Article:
While the software was initially developed and released only for Macintosh, by 1993, versions of it were also available for Microsoft Windows. It further boosted the software’s popularity since Microsoft Windows became the most popular and widely used operating system in the years to come.

    Versions of Photoshop:

    Adobe has released several versions of the Photoshop software since the first version was marketed thirty years ago. Each version is given a number that can recognise it. Since 2002, each version is also designated with the acronym CS that stands for Creative Suite. Therefore, the earlier CS versions of Photoshop were titled Photoshop CS, Photoshop CS2, Photoshop CS3, and so on until Photoshop CS6. Some of these versions were also further categorised as Standard or Extended. In 2013, the acronym was changed to CC that stood for Creative Cloud when the program began to be licensed as a service rental model software.

    Along with Photoshop, Adobe also releases other software that is marketed under the names. 

    Adobe Bridge, Adobe Fireworks, Adobe Camera RAW, Adobe Device Central, and Adobe ImageReady. Other software licensed by Adobe as part of the Adobe Photoshop Family includes Photoshop Express, Photoshop Elements, Photoshop Mix, Photoshop Fix, Photoshop Sketch, and Photoshop Lightroom. 

    Tools of Photoshop:

    Adobe Photoshop includes unlimited tools that have revolutionised the way digital arts are approached and presented by artists worldwide. These tools are very popular as they help rework on mistakes without having to restart the art piece; this is the biggest advantage over physical art. While the software includes many professional tools that will not all be within the scope of use of school students, here some basic tools that students should remember if they wish to be introduced to Photoshop, they are as follows:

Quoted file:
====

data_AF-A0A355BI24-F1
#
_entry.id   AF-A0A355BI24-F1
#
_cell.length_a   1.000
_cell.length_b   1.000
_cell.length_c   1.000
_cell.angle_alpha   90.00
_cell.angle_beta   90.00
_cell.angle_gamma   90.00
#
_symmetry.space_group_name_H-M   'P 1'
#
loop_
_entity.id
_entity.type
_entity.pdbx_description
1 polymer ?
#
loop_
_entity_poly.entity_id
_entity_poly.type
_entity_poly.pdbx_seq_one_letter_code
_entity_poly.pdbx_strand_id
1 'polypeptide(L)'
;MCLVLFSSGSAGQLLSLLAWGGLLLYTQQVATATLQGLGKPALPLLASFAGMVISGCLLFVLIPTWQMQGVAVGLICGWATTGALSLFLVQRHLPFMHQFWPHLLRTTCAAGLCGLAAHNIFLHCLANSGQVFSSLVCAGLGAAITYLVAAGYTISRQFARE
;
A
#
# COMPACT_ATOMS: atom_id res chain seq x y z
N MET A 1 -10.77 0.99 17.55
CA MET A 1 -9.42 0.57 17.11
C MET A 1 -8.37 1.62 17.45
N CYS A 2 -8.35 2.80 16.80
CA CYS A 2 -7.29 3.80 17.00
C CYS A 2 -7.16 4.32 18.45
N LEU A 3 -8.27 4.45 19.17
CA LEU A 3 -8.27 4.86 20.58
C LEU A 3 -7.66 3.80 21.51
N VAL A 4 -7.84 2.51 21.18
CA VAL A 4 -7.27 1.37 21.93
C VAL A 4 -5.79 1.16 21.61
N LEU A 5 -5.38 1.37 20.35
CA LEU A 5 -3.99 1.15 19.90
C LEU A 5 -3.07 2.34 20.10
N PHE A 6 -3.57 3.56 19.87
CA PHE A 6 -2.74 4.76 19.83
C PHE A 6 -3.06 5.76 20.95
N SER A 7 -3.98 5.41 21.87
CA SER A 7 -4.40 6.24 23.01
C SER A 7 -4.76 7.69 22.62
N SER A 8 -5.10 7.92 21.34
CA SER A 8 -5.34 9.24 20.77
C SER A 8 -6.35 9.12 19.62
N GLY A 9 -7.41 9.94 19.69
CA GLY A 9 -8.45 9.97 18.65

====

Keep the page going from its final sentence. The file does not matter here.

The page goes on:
• Pen tool
    • Clone stamp tool
    • Shape tools
    • Measuring and navigation
    • Selection tools
    • Cropping
    • Slicing
    • Moving
    • Marquee
    • Lasso
    • Magic wand
    • Eraser

    Reach and Impact of Photoshop:

    As stated earlier, several times in this article, Photoshop’s reach and impact are beyond imagination; no other art form has reached such great heights in a short span. Derivative verbs such as Photoshopped have been born out of the widespread use of the software and have become a part of the modern, urban vocabulary in the art world and even outside of it. Even when a different software has edited the image, the verb is used to refer to the process of editing the image in the first place. Other verbs that have become a part of Photoshop’s phenomenon include photoshopping, photoshop a photo, and photoshop contest. Photoshop has created huge impacts in many fields; you can take a look at this list.

    1. Art
    2. Advertising 
    3. Films
    4. Education
    5. Marketing
    6. Daily use, etc.

    Naturally, Adobe discourages such generalisation from preventing the software’s trademark, but pop culture has already reached a place beyond such intervention.

    How to Make a Rectangle Transparent in Photoshop

    The function of making a rectangle or any shape transparent in Photoshop is a popular one for professional artists aiming to achieve a particular effect in their art. Making a rectangle transparent can help you create depth and layers for any artwork; it can also help you try out different colours or templates to see how it looks. Here are the steps through which this can be achieved:

    1. Draw a normal rectangle
    2. Go to Window > Layers
    3. Find a layer for your shape and right-click on the layer.
    4. Select the Blending Options
    5. On the layers menu, select the Fill option.
    6. Click on Flyout
    7. Go to percentage and reduce it by 0 per cent.
    8. You will see that the fill becomes transparent.

    Wrapping Up

    We hope this article helped introduce the history and key features of Adobe Photoshop to you. For more Measurement formulas and Examples, check out Cuemath. Let us know in the comment if you attempt to make your shapes transparent on Photoshop and how the effect turns out to be. You can always explore more, and we guarantee you would be fascinated by this marvellous software, do give it a try and let us know.